I would like to thank Thermaltake
for providing the review sample.
Thermaltake nicely sums up their mission statement on their cooperate website:
Our Mission "Delivering the perfect user experience"
The beginning of every myth and legend is about dreams and desire: the challenging, creative and combative features of Thermaltake Group create an exciting and fascinating user experience to share with everyone, while allowing users to enter a selfless state in terms of function and potential.
Thermaltake has a long history of interesting products from cases, power supplies, water cooling, gaming and many other areas. We have the pleasure of taking a closer look at the Commander MS-I RX-I, which is the most affordable offering of the new line-up of cases, followed by the Spacecraft VF-I, Overseer RX-I and Chaser MK-I.
|Specifications: Commander MS-1 USB 3.0
||4.5 kg / 9.9 lb
||3x External 5.25" |
1x External 3.5"
5x Internal 3.5"
1x Internal 2.5"
||535 x 220 x 580 mm (21.1x 8.7x 22.8")
||1x 120 mm (optional)
||120 x 120 x 25 mm Blue LED fan, 1000rpm, 16dBA
||2x 120 mm (optional)
||1x 120 mm (optional)
||2x USB 2.0 |
1x USB 3.0
Thermaltake packages the chassis in a full color cardboard box. The front holds an image of the case and a "Commander", while the rear goes into great detail about the features of the case. On the sides you will see if the package includes the USB 2.0 or USB 3.0 variant and a list of specification on the other panel.
The case is held in place by two Styrofoam spacers and further protected with the help of a plastic bag to ensure a scratch and fingerprint free chassis right out of the box.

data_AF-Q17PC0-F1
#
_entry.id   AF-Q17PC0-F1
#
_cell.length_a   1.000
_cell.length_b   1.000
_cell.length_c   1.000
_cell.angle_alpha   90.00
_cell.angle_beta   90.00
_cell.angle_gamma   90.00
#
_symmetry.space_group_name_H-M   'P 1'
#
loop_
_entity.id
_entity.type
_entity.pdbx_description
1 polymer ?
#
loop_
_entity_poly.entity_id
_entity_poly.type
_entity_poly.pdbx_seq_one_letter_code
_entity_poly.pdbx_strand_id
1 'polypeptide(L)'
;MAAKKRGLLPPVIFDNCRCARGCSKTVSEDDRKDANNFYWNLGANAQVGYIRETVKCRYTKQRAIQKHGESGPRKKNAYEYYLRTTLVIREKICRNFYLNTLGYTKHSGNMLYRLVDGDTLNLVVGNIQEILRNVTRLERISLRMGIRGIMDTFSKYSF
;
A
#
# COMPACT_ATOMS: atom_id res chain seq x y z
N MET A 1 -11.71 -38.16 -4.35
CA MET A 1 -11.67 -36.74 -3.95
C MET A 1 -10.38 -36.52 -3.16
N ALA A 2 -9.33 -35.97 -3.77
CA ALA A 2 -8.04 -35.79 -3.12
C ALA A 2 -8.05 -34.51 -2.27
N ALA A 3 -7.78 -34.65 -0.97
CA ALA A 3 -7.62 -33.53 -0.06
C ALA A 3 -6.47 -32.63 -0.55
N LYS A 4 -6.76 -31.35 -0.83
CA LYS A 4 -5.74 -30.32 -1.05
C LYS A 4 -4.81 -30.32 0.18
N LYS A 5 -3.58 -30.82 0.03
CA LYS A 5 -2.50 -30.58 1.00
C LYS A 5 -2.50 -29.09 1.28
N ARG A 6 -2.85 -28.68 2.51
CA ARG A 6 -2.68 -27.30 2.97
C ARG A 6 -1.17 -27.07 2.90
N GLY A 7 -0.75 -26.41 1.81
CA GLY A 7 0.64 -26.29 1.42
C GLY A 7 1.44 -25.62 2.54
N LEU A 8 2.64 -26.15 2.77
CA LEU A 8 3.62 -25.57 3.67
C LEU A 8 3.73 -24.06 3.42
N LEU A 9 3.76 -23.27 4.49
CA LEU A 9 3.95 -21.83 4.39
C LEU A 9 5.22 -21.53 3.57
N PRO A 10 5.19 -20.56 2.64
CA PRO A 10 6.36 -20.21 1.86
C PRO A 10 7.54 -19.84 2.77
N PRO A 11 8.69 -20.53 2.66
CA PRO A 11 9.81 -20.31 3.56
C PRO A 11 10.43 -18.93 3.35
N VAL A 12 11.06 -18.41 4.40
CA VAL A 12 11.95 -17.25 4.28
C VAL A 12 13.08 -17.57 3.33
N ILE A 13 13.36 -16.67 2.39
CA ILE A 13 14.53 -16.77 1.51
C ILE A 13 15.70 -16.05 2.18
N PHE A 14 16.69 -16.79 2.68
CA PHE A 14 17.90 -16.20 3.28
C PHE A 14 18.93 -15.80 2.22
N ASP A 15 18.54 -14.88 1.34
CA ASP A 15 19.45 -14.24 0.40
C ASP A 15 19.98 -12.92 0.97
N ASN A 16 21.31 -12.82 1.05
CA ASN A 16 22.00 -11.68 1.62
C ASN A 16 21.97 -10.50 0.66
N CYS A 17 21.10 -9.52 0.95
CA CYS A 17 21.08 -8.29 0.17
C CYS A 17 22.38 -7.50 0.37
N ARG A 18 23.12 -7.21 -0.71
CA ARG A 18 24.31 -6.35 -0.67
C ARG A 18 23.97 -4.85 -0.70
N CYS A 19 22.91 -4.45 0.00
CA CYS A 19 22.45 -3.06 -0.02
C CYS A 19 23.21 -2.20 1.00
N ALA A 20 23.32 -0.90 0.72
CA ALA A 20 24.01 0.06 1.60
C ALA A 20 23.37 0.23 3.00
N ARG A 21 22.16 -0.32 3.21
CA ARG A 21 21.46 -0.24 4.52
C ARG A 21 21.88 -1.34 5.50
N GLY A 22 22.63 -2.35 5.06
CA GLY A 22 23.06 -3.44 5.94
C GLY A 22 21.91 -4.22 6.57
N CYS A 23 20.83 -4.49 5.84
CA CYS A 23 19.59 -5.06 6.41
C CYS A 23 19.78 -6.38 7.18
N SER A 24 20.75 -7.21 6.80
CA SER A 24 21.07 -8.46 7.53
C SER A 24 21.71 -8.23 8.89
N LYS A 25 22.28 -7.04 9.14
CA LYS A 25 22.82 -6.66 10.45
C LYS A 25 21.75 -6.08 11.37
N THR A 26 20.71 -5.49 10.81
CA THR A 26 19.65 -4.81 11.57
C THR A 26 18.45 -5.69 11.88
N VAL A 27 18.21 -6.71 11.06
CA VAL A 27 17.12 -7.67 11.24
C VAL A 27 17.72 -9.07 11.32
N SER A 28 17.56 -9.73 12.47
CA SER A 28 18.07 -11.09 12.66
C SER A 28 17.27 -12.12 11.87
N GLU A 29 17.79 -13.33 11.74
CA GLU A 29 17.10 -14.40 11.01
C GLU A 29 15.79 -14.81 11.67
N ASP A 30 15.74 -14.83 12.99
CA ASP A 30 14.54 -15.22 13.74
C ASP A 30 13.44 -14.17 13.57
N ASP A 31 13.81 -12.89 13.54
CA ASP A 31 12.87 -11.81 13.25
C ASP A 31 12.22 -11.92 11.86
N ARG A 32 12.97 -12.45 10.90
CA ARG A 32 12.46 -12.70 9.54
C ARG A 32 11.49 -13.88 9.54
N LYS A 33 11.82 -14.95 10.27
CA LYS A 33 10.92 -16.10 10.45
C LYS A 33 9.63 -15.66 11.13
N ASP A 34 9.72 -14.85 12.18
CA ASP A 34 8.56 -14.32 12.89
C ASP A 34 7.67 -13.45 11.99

As this is an entry level chassis, there is not a lot of unusual extras to be found within the box. A bag of screws, a speaker, four long screws, a single plastic mainboard spacer and a manual is all you get.
A Closer Look - Outside
The chassis makes a good first impression. Even though it is really affordable, the overall design can be considered very detailed. The quality of the plastic front is excellent, while the metal frame - even though it is thinner than other cases - still feels sturdy enough for an enclosure of this price class.
Thermaltake has done an excellent job in giving the Commander MS-I a cool look. Straight lines in combination with metal mesh and a nicely placed logo, should make this a great choice for first time builders wanting to create a nifty looking chassis on a budget. Turning the case around, we can see that the PSU is bottom mounted and the interior of the case is all black as well.
Even though the Commander MS-I is quite cheap, both sides offer a great level of detail. With many edgy and straight lines in combination with the uniquely shaped window it looks refreshing. Thermaltake has gone the whole nine yards instead of keeping such elements isolated to the front of the chassis.
Taking a closer look at the front, the bottom utilizes metal mesh mostly, with the Thermaltake logo placed unto this material. This vent allows for fresh air to enter the front of the chassis. Above that you will find three 5.25 inch slots and a single 3.5 inch one. In-between these are the USB 2.0 & 3.0 ports and the traditional pair of audio connectivity.
In the rear, the bottom mounted PSU bay is multi-directional. This means that you may install the power supply with the fan facing up- or downward. Above that are seven standard motherboard expansion slots for an ATX case. These are protected by break-out covers, so you will not be able to reuse these once detached from the chassis, but Thermaltake goes a step further and adds two separate ones in the top and bottom bay. In the very top of the rear is the only fan within the chassis - a 120 mm, blue LED equipped one.
In the top are two openings to install two further 120 mm fans. Due to the distance between these to vents, it is not possible to install a 240 mm radiator properly. The different extrusion on the two vents for the screw holes is also a bit weird.
A Closer Look - Inside